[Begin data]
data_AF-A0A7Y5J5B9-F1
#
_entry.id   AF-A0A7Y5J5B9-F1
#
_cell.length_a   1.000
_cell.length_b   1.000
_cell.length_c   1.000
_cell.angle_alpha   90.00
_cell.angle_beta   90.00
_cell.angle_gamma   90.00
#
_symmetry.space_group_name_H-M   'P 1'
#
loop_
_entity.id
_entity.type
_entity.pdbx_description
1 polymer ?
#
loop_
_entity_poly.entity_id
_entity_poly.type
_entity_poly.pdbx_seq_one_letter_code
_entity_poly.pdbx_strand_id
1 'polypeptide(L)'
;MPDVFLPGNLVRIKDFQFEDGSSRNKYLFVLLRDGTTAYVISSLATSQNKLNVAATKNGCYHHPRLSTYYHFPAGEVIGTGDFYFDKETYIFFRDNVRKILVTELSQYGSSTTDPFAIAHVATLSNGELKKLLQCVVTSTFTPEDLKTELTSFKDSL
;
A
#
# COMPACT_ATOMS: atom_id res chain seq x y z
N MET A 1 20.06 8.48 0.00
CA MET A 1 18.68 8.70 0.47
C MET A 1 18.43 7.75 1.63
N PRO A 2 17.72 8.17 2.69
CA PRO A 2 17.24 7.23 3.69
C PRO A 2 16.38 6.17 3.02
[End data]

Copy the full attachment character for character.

data_AF-A0A7Y5J5B9-F1
#
_entry.id   AF-A0A7Y5J5B9-F1
#
_cell.length_a   1.000
_cell.length_b   1.000
_cell.length_c   1.000
_cell.angle_alpha   90.00
_cell.angle_beta   90.00
_cell.angle_gamma   90.00
#
_symmetry.space_group_name_H-M   'P 1'
#
loop_
_entity.id
_entity.type
_entity.pdbx_description
1 polymer ?
#
loop_
_entity_poly.entity_id
_entity_poly.type
_entity_poly.pdbx_seq_one_letter_code
_entity_poly.pdbx_strand_id
1 'polypeptide(L)'
;MPDVFLPGNLVRIKDFQFEDGSSRNKYLFVLLRDGTTAYVISSLATSQNKLNVAATKNGCYHHPRLSTYYHFPAGEVIGTGDFYFDKETYIFFRDNVRKILVTELSQYGSSTTDPFAIAHVATLSNGELKKLLQCVVTSTFTPEDLKTELTSFKDSL
;
A
#
# COMPACT_ATOMS: atom_id res chain seq x y z
N MET A 1 20.06 8.48 0.00
CA MET A 1 18.68 8.70 0.47
C MET A 1 18.43 7.75 1.63
N PRO A 2 17.72 8.17 2.69
CA PRO A 2 17.24 7.23 3.69
C PRO A 2 16.38 6.17 3.02